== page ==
I have been spending quite a lot of time “outside” of hospital medicine recently. I have spoken to a group of hospital CEOs in New York about the hospital of the future, and I have created a Webcast for hospital executives for the Ohio Hospital Association. Society of Hospital Medicine staff and I have met with senior leaders at the American College of Physician Executives (ACPE) and the Medical Group Management Association (MGMA) regarding partnerships with SHM and hospitalists. We have worked with the critical care societies about a common approach to the “never events” that Medicare has been proposing. And we have met with the American College of Physicians (ACP) and the American Association of Family Physicians (AAFP) about the Patient-Centered Medical Home (PCMH) that they hope will transform primary care.
There are common themes that seem to percolate through many of these meetings. Hospitalists are now practicing at many of our nation’s hospitals. More importantly, as medical care and hospital-based care are being transformed, hospitalists are central to this change on many levels.
Change is taking the form of new payment models. Medicare’s decision not to pay for conditions that are not present on admission (POA) and that should never (or rarely) occur in the hospital is driving hospital CEOs to change their hospital’s culture and processes out of financial necessity. This is a huge step up the quality improvement ladder from one or two patient safety nurses with clipboards and a checklist “documenting” that a specific quality improvement measure has been met. These changes might transform the very way hospitals view themselves and their critical mission. The new payment model will affect how hospitals are rewarded and perceived by their communities and, in the end, will change their business.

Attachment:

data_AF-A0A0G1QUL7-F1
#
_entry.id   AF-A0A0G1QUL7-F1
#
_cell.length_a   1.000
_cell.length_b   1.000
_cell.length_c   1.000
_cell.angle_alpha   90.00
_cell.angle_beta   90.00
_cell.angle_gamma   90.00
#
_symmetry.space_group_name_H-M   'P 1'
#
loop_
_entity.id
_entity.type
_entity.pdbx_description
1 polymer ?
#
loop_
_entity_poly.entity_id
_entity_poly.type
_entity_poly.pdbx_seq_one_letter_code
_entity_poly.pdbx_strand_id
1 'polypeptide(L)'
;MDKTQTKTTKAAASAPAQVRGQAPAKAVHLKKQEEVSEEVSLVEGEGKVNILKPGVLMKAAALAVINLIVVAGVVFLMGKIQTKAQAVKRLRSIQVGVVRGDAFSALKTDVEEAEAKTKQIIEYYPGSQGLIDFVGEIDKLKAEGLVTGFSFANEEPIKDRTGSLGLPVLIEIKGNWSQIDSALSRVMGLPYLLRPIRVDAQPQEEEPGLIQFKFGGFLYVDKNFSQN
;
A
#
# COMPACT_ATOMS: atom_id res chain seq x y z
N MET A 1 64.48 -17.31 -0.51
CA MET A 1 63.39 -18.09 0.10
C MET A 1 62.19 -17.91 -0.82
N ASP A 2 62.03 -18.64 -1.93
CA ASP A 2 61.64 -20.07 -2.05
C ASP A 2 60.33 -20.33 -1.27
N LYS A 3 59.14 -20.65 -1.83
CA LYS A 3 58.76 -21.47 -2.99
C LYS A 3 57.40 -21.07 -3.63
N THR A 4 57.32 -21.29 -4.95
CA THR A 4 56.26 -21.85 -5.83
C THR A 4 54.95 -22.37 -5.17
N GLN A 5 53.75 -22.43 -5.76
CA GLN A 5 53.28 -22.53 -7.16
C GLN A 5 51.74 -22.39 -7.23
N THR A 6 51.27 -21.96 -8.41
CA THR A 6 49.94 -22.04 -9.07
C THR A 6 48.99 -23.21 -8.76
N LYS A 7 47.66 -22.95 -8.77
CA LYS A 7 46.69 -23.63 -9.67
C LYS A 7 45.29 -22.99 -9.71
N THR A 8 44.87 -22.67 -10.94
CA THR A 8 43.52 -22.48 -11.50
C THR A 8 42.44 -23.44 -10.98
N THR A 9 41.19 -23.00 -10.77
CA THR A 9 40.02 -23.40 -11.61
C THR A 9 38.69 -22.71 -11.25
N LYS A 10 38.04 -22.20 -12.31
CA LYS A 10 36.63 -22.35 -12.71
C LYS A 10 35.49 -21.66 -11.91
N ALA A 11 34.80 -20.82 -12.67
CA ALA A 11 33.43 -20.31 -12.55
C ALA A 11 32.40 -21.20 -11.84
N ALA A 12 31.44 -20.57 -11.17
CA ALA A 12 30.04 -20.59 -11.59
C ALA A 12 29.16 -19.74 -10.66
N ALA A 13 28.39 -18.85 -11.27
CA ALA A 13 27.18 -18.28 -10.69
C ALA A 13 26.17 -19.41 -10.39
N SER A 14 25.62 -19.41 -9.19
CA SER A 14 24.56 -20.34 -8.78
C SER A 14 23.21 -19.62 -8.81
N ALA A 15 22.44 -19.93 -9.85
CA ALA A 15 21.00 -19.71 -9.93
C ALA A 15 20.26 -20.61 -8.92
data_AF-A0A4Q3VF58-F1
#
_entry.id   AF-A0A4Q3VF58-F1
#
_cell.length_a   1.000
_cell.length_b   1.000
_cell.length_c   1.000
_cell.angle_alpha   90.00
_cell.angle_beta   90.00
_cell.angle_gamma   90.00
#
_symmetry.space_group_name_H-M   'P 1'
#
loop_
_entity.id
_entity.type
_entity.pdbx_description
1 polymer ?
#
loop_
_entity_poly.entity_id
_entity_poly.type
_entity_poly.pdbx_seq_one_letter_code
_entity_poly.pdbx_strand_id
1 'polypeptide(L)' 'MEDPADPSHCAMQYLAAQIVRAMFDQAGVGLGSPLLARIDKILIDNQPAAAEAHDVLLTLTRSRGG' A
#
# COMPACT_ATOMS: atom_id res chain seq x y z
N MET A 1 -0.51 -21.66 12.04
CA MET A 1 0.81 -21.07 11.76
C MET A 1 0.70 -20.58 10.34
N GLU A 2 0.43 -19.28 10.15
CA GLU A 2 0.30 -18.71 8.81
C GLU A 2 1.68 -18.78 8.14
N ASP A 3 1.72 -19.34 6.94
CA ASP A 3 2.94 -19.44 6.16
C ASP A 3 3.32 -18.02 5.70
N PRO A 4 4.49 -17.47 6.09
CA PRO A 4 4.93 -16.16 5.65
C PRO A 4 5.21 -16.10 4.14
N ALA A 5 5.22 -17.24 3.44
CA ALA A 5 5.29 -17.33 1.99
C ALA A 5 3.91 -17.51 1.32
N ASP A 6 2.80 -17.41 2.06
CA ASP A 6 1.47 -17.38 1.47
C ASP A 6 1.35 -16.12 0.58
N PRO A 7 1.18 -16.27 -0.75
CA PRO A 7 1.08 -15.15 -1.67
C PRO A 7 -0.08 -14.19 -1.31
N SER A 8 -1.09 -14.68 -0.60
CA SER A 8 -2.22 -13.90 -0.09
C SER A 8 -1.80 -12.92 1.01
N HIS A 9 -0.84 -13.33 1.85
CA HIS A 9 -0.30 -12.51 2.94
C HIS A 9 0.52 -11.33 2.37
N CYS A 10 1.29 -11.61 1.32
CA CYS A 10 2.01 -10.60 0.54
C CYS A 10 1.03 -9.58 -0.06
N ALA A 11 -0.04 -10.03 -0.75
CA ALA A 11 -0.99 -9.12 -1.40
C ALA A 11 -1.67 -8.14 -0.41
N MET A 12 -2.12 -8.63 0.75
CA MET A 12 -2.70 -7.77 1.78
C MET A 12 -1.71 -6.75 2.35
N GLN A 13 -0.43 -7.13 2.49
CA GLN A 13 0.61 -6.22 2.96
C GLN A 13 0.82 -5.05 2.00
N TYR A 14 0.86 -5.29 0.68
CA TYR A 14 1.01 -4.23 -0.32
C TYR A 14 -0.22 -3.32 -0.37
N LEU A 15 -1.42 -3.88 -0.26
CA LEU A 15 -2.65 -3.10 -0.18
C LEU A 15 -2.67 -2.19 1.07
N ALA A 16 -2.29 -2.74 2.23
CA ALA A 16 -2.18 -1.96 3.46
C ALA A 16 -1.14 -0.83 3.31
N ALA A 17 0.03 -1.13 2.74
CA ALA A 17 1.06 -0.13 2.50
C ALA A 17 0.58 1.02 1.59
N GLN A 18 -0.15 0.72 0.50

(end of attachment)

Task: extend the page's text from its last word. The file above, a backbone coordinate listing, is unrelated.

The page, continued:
It is clear that hospital CEOs think pay for performance has been a distraction, bringing about no additional funding and failing to arouse hospital leadership to move forward to significantly improve clinical performance. It appears rewarding key hospital executives based on patient satisfaction scores, along with publishing hospital specific information in Hospital Consumer Assessment of Healthcare Providers and Systems (HCAHPS) data on the internet, has been more effective in driving tangible change at many hospitals.
More radical approaches are being considered in Washington. Some would fundamentally change the way payment flows to hospitals (and doctors). Sen. Max Baucus, chairman of the Senate Finance Committee, the group that determines Medicare funding, has held hearings on value based purchasing (VBP). SHM leaders have been there and testified. MedPAC, which advises Congress and Medicare, also is considering VBP as one of its recommendations for the future of payment reform. At its core, VBP would move away from simply paying because a visit was made or a procedure was performed to rewarding documented performance and outcomes.
VBP plays to the strengths of the mature hospital medicine group, where data collection, analysis, systems improvement, and change leadership are part of our DNA. It moves hospitalists from simply replacing the clinical roles previously performed by other physicians, be it primary care physicians (PCPs) or surgeons or subspecialists, to partnering with their hospitals and allied health team members to change the culture and performance of their institutions. This moves hospital medicine from a subsidized health profession to a core group of clinicians central to the hospital’s mission, reputation, and financial future.
Other payment changes, including bundling of both the facility fee (Medicare Part A) and the professional fee (Medicare Part B), further plants the hospitalist group firmly in the middle of hospital funding and allocation of manpower. Bundled payments would not necessarily flow to the hospital to distribute to the physicians, but more likely would be managed by a joint physician-hospital partnership. The entire enterprise (doctors and the hospital) would be rewarded for efficient and effective care (i.e., using the appropriate resources to generate the best outcomes.) Decisions would need to be made and negotiated to allocate funds to the hospital and to each physician who participated in the patient’s care, based on time, skill, and performance. With hospitalists taking an important role in most inpatient care, one can see how central they will be in this new system of payment.